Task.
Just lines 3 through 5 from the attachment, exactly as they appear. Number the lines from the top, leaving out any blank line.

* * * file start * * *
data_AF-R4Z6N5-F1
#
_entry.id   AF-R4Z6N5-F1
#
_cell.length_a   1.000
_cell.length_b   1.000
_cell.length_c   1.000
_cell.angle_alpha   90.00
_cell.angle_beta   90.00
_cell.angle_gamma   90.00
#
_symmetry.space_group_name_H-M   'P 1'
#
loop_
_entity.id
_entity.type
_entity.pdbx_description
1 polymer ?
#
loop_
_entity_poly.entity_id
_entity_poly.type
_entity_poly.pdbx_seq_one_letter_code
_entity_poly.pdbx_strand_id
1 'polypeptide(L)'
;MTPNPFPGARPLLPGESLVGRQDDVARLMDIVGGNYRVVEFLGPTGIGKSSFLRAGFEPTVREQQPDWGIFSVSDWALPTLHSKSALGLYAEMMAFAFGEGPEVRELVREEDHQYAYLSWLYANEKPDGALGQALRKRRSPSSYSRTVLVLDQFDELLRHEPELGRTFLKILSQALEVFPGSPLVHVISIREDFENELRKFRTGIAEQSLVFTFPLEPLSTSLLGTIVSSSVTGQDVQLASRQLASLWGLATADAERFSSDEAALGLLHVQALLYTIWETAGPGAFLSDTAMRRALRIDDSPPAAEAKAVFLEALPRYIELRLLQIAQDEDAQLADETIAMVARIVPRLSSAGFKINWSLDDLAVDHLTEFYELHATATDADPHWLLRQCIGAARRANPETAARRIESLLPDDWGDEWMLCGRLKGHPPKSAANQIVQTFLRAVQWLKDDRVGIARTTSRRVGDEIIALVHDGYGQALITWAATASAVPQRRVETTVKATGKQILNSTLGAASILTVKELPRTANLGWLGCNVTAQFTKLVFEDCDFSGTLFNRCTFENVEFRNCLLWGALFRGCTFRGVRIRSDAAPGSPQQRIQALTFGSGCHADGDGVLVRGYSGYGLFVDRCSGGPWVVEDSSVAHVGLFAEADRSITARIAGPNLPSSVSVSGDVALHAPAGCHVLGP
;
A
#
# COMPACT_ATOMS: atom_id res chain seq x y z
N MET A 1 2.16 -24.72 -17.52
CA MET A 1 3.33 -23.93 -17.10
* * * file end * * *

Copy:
_entry.id   AF-R4Z6N5-F1
#
_cell.length_a   1.000